In Irish eyes, Clinton is a grand peacemaker Lewinsky scandal does not diminish regard for president

September 05, 1998|By Bill Glauber | Bill Glauber,SUN FOREIGN STAFF

DUBLIN, Ireland -- Jenny Gilbert stood for three hours in a sweltering hall yesterday to hear President Clinton give a speech and to shake his hand. And she had no regrets.

"The Irish are quite bored with this Monica Lewinsky thing," said Gilbert, a 34-year-old union official. "We think the president is grand."

On an island long troubled by bad weather and bad news, Clinton has discovered a refuge. He may be in political trouble in Washington, but during the first two days of his trip to Ireland and Northern Ireland, he has been greeted by enthusiastic crowds, lauded by politicians and business leaders, and venerated as a peacemaker.

Most of all, he has found a population utterly bored by the Washington squabbles over his admission to an inappropriate relationship to the former White House intern.

"He is a great people person, a great speaker," said Peter Nolan, 48, an employment counselor. "He is a bit European in his outlook. He's progressive. And his personal life doesn't measure on the Richter scale."

Perplexed by scandal

On both sides of the Irish border, people are perplexed by the Lewinsky affair and claim that the private life of a politician should remain under wraps. That may come as a surprise to some who still view the island as dominated by religion.

But the days when the Roman Catholic Church held sway in the southern Irish Republic are long gone. Changing social values, rising prosperity and scandals among the clergy have cut into the church's influence in Ireland.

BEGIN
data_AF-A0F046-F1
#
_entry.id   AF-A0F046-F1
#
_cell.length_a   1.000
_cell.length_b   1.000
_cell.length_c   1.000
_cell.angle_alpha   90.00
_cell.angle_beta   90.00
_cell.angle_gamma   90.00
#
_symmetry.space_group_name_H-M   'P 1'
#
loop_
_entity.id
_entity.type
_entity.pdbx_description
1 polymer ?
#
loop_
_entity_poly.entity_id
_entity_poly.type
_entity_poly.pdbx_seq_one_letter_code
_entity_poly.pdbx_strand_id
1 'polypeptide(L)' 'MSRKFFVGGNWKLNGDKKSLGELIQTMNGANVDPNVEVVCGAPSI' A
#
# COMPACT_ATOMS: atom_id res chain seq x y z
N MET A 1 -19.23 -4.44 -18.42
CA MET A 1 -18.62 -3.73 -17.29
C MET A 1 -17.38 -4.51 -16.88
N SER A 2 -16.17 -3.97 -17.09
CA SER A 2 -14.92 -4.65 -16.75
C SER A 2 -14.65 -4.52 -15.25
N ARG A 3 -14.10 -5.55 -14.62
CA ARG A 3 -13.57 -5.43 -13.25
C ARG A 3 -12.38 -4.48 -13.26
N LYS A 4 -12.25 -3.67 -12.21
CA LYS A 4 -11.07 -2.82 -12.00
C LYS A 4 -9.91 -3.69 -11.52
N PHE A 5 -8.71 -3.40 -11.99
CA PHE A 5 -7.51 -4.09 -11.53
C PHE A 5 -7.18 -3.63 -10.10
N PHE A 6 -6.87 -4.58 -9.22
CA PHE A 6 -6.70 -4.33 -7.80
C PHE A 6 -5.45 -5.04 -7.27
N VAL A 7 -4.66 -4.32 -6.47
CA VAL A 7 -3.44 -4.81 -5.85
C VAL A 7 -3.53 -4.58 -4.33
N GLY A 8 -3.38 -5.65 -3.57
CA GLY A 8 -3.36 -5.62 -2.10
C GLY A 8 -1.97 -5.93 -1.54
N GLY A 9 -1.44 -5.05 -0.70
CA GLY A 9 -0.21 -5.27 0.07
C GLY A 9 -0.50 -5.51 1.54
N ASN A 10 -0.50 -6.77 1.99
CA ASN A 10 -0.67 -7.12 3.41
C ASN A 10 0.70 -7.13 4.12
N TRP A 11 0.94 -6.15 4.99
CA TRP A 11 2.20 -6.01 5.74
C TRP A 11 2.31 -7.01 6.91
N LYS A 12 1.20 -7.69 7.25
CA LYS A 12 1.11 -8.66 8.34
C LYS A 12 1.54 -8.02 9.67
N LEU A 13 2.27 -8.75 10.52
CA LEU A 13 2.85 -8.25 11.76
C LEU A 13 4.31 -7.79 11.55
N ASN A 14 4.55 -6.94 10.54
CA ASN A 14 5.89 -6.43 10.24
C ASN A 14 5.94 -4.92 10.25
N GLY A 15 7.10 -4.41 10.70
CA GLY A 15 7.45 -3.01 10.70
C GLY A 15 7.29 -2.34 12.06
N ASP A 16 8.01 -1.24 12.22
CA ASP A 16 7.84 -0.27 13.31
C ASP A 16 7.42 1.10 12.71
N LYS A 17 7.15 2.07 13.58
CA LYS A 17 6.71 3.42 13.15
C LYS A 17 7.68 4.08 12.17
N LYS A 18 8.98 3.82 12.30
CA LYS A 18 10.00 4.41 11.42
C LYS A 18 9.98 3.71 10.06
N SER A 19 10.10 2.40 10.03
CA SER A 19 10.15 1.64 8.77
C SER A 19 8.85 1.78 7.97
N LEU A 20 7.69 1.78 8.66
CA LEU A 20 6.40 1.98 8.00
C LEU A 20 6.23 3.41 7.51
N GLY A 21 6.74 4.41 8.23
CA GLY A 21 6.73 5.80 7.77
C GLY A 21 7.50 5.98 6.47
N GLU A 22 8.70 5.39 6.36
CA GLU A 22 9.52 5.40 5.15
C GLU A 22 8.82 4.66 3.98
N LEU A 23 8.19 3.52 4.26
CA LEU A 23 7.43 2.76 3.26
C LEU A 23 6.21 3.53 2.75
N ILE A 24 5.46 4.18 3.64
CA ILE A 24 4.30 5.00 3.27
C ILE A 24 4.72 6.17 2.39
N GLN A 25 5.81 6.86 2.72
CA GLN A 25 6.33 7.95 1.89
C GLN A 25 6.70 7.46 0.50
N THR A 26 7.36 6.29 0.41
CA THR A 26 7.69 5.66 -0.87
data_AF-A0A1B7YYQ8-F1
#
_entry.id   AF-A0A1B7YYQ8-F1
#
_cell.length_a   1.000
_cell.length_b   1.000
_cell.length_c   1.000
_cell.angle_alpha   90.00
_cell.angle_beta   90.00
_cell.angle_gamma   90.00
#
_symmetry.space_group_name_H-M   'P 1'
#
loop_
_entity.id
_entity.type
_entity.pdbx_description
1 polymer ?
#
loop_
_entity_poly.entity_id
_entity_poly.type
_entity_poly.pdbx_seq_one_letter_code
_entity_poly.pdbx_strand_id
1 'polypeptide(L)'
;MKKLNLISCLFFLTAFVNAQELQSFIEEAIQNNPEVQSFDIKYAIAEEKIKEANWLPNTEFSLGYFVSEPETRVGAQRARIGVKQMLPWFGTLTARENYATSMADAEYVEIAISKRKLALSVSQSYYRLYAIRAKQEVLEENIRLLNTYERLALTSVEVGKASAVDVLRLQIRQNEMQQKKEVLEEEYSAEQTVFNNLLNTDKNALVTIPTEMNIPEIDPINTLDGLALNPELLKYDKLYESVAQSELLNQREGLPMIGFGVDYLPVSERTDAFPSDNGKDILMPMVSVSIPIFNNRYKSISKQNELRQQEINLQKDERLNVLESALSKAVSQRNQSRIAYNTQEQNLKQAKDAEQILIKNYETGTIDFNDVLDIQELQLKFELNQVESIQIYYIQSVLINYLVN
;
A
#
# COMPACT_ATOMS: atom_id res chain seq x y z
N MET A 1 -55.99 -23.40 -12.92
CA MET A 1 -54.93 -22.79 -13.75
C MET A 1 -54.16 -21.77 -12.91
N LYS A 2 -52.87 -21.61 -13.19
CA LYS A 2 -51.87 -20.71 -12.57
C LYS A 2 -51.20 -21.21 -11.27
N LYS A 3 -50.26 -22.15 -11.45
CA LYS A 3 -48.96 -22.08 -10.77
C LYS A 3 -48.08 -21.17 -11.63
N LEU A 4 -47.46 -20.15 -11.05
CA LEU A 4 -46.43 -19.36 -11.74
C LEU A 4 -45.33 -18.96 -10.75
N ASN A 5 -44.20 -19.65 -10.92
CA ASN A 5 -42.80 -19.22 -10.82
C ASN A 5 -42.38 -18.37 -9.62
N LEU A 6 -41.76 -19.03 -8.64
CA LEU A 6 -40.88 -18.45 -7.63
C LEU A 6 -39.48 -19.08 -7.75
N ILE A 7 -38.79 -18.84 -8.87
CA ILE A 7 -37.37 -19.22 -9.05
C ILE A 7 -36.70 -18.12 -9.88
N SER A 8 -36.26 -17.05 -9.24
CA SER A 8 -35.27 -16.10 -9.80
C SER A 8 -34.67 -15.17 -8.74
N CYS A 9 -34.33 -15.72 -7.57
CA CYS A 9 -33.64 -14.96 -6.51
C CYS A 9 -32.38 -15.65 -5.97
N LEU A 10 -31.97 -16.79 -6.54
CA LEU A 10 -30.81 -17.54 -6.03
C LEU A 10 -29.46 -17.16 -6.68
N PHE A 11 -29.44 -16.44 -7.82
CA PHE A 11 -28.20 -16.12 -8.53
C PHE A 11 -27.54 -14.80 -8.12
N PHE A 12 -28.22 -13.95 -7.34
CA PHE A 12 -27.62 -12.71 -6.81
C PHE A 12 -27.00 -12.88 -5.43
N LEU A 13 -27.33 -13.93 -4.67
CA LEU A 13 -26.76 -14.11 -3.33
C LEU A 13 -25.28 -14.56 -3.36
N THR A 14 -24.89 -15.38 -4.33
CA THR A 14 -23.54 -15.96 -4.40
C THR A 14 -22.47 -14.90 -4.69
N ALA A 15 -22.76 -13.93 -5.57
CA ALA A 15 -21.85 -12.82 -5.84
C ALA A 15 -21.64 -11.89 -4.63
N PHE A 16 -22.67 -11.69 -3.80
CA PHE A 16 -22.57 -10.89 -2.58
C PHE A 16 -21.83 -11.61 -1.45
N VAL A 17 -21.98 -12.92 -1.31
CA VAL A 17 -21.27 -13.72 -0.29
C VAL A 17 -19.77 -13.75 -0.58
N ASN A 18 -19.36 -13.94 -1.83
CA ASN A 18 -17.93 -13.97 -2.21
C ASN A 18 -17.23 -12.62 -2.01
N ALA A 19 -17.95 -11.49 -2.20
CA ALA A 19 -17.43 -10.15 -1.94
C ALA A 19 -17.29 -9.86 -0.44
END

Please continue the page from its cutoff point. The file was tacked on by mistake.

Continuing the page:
Irish Premier Bertie Ahern symbolizes the new order. Long separated from his wife, he now lives with his companion and brings her to official functions. And nobody bats an eye or raises a hackle.

Yesterday, Ahern spoke of a "new Ireland that cherishes difference."

'A true friend'

He added, "Mr. President, you have been a true friend of all democrats on this island, irrespective of their allegiance, and regardless of their outlook."

Ireland's major newspapers supported the trip -- and Clinton -- though some columnists had reservations about the president's character.

"Bill Clinton's dark secrets and squalid personal habits may highlight his flaws as an ideal contemporary husband; they do not diminish his historic achievements as a statesman," Sam Smyth wrote in yesterday's Irish Independent.

Broker of peace in north

In Northern Ireland, which is part of Great Britain, people have greater concerns than affairs of the heart -- they're worried about stopping a 30-year terror war. One of the Clinton administration's great foreign policy successes was the role it played in helping broker an historic peace deal.

Clinton's close ties to Northern Ireland were all but sealed in November 1995 when he became the first sitting American president to visit the battle-torn province. On his return trip Thursday, the crowds may have been thinner than in 1995, but the sentiment about him was just as strong.

On the day that Connecticut Sen. Joseph I. Lieberman was taking Clinton to task in the U.S. Senate, Northern Ireland's entire political establishment, along with British Prime Minister Tony Blair, turned out in Belfast to honor the president as a peacemaker.

"With deference to other American presidents, his [Clinton's] contribution to peace has been sincere, consistent and balanced," said Eileen Bell, a member of Northern Ireland's new 108-member assembly.

Bell admitted that Northern Ireland retains a "Victorian streak," and that if a local politician were caught up in a sexual affair, he -- or she -- "would have to go."

"Maybe it will be a sign of the peace, if the press start looking at our private lives," she said.

But for now, the press, and the Irish public, are content to examine Clinton's public record.

"He's human, he has admitted his downfall, and you should leave him alone," said Priscilla Duffy, a 29-year-old who was among the thousands to cheer Clinton Thursday at a peace rally in Armagh.

"He should come here more often," she added. "Even when he's no longer president, he'll be a major figure here. We'll never forget what he has done for us."

Pub Date: 9/05/98

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